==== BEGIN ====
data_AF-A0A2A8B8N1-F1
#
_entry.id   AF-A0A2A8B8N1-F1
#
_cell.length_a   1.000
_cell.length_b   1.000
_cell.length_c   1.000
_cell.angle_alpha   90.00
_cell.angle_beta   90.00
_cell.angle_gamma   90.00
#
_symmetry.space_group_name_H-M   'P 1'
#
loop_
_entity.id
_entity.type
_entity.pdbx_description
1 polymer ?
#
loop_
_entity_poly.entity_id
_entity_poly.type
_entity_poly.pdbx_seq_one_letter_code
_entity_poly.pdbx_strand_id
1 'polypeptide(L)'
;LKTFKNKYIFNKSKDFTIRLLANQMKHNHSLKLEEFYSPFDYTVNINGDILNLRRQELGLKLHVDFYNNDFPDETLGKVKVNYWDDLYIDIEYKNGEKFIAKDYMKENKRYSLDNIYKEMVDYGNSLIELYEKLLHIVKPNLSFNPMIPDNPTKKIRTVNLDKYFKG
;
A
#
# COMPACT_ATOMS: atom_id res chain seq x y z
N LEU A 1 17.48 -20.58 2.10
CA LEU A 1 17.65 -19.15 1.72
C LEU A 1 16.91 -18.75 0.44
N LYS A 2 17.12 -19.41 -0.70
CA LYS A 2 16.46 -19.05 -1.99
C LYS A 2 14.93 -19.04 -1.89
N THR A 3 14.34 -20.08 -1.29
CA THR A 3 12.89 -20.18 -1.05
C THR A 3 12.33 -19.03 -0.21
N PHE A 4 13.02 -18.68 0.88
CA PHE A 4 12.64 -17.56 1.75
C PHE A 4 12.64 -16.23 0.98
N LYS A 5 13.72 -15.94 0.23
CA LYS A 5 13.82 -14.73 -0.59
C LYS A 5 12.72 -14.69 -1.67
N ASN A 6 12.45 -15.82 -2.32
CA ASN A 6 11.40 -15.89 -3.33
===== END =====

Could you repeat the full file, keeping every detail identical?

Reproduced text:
data_AF-A0A2A8B8N1-F1
#
_entry.id   AF-A0A2A8B8N1-F1
#
_cell.length_a   1.000
_cell.length_b   1.000
_cell.length_c   1.000
_cell.angle_alpha   90.00
_cell.angle_beta   90.00
_cell.angle_gamma   90.00
#
_symmetry.space_group_name_H-M   'P 1'
#
loop_
_entity.id
_entity.type
_entity.pdbx_description
1 polymer ?
#
loop_
_entity_poly.entity_id
_entity_poly.type
_entity_poly.pdbx_seq_one_letter_code
_entity_poly.pdbx_strand_id
1 'polypeptide(L)'
;LKTFKNKYIFNKSKDFTIRLLANQMKHNHSLKLEEFYSPFDYTVNINGDILNLRRQELGLKLHVDFYNNDFPDETLGKVKVNYWDDLYIDIEYKNGEKFIAKDYMKENKRYSLDNIYKEMVDYGNSLIELYEKLLHIVKPNLSFNPMIPDNPTKKIRTVNLDKYFKG
;
A
#
# COMPACT_ATOMS: atom_id res chain seq x y z
N LEU A 1 17.48 -20.58 2.10
CA LEU A 1 17.65 -19.15 1.72
C LEU A 1 16.91 -18.75 0.44
N LYS A 2 17.12 -19.41 -0.70
CA LYS A 2 16.46 -19.05 -1.99
C LYS A 2 14.93 -19.04 -1.89
N THR A 3 14.34 -20.08 -1.29
CA THR A 3 12.89 -20.18 -1.05
C THR A 3 12.33 -19.03 -0.21
N PHE A 4 13.02 -18.68 0.88
CA PHE A 4 12.64 -17.56 1.75
C PHE A 4 12.64 -16.23 0.98
N LYS A 5 13.72 -15.94 0.23
CA LYS A 5 13.82 -14.73 -0.59
C LYS A 5 12.72 -14.69 -1.67
N ASN A 6 12.45 -15.82 -2.32
CA ASN A 6 11.40 -15.89 -3.33